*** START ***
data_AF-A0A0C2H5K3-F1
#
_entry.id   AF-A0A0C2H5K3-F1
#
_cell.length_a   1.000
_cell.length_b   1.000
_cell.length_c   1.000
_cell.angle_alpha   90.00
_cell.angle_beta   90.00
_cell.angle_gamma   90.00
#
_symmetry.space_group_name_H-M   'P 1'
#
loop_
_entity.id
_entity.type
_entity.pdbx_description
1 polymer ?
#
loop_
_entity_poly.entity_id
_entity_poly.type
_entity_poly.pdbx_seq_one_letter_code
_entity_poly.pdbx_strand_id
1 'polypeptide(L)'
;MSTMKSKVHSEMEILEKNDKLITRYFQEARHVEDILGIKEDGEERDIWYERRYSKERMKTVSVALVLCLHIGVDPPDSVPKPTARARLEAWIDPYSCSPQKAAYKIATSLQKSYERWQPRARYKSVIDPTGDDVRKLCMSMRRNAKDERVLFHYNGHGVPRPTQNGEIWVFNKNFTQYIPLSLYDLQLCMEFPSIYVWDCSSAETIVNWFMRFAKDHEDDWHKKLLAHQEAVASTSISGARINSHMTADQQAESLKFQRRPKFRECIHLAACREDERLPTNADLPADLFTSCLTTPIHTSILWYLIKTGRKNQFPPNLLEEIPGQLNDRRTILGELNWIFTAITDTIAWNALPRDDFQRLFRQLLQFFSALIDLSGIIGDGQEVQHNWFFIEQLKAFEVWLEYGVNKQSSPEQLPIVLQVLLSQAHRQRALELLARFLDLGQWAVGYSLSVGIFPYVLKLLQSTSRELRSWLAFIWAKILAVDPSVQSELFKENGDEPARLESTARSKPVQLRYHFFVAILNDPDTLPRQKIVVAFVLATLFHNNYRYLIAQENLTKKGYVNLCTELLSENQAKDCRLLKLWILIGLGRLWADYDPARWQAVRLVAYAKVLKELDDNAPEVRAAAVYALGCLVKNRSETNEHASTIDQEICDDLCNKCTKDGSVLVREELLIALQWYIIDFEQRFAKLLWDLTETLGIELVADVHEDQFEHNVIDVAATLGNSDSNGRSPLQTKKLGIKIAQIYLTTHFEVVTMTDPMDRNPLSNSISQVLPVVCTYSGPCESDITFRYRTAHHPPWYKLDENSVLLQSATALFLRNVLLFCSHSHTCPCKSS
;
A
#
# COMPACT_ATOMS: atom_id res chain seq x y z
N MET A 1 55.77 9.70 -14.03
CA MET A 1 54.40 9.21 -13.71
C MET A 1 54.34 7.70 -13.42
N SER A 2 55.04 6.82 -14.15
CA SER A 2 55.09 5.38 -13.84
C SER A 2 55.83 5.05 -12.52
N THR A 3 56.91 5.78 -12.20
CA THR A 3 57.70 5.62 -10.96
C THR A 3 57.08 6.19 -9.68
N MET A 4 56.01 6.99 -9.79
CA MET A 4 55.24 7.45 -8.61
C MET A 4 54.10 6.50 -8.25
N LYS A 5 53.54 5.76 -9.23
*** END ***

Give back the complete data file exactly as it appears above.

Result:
data_AF-A0A0C2H5K3-F1
#
_entry.id   AF-A0A0C2H5K3-F1
#
_cell.length_a   1.000
_cell.length_b   1.000
_cell.length_c   1.000
_cell.angle_alpha   90.00
_cell.angle_beta   90.00
_cell.angle_gamma   90.00
#
_symmetry.space_group_name_H-M   'P 1'
#
loop_
_entity.id
_entity.type
_entity.pdbx_description
1 polymer ?
#
loop_
_entity_poly.entity_id
_entity_poly.type
_entity_poly.pdbx_seq_one_letter_code
_entity_poly.pdbx_strand_id
1 'polypeptide(L)'
;MSTMKSKVHSEMEILEKNDKLITRYFQEARHVEDILGIKEDGEERDIWYERRYSKERMKTVSVALVLCLHIGVDPPDSVPKPTARARLEAWIDPYSCSPQKAAYKIATSLQKSYERWQPRARYKSVIDPTGDDVRKLCMSMRRNAKDERVLFHYNGHGVPRPTQNGEIWVFNKNFTQYIPLSLYDLQLCMEFPSIYVWDCSSAETIVNWFMRFAKDHEDDWHKKLLAHQEAVASTSISGARINSHMTADQQAESLKFQRRPKFRECIHLAACREDERLPTNADLPADLFTSCLTTPIHTSILWYLIKTGRKNQFPPNLLEEIPGQLNDRRTILGELNWIFTAITDTIAWNALPRDDFQRLFRQLLQFFSALIDLSGIIGDGQEVQHNWFFIEQLKAFEVWLEYGVNKQSSPEQLPIVLQVLLSQAHRQRALELLARFLDLGQWAVGYSLSVGIFPYVLKLLQSTSRELRSWLAFIWAKILAVDPSVQSELFKENGDEPARLESTARSKPVQLRYHFFVAILNDPDTLPRQKIVVAFVLATLFHNNYRYLIAQENLTKKGYVNLCTELLSENQAKDCRLLKLWILIGLGRLWADYDPARWQAVRLVAYAKVLKELDDNAPEVRAAAVYALGCLVKNRSETNEHASTIDQEICDDLCNKCTKDGSVLVREELLIALQWYIIDFEQRFAKLLWDLTETLGIELVADVHEDQFEHNVIDVAATLGNSDSNGRSPLQTKKLGIKIAQIYLTTHFEVVTMTDPMDRNPLSNSISQVLPVVCTYSGPCESDITFRYRTAHHPPWYKLDENSVLLQSATALFLRNVLLFCSHSHTCPCKSS
;
A
#
# COMPACT_ATOMS: atom_id res chain seq x y z
N MET A 1 55.77 9.70 -14.03
CA MET A 1 54.40 9.21 -13.71
C MET A 1 54.34 7.70 -13.42
N SER A 2 55.04 6.82 -14.15
CA SER A 2 55.09 5.38 -13.84
C SER A 2 55.83 5.05 -12.52
N THR A 3 56.91 5.78 -12.20
CA THR A 3 57.70 5.62 -10.96
C THR A 3 57.08 6.19 -9.68
N MET A 4 56.01 6.99 -9.79
CA MET A 4 55.24 7.45 -8.61
C MET A 4 54.10 6.50 -8.25
N LYS A 5 53.54 5.76 -9.23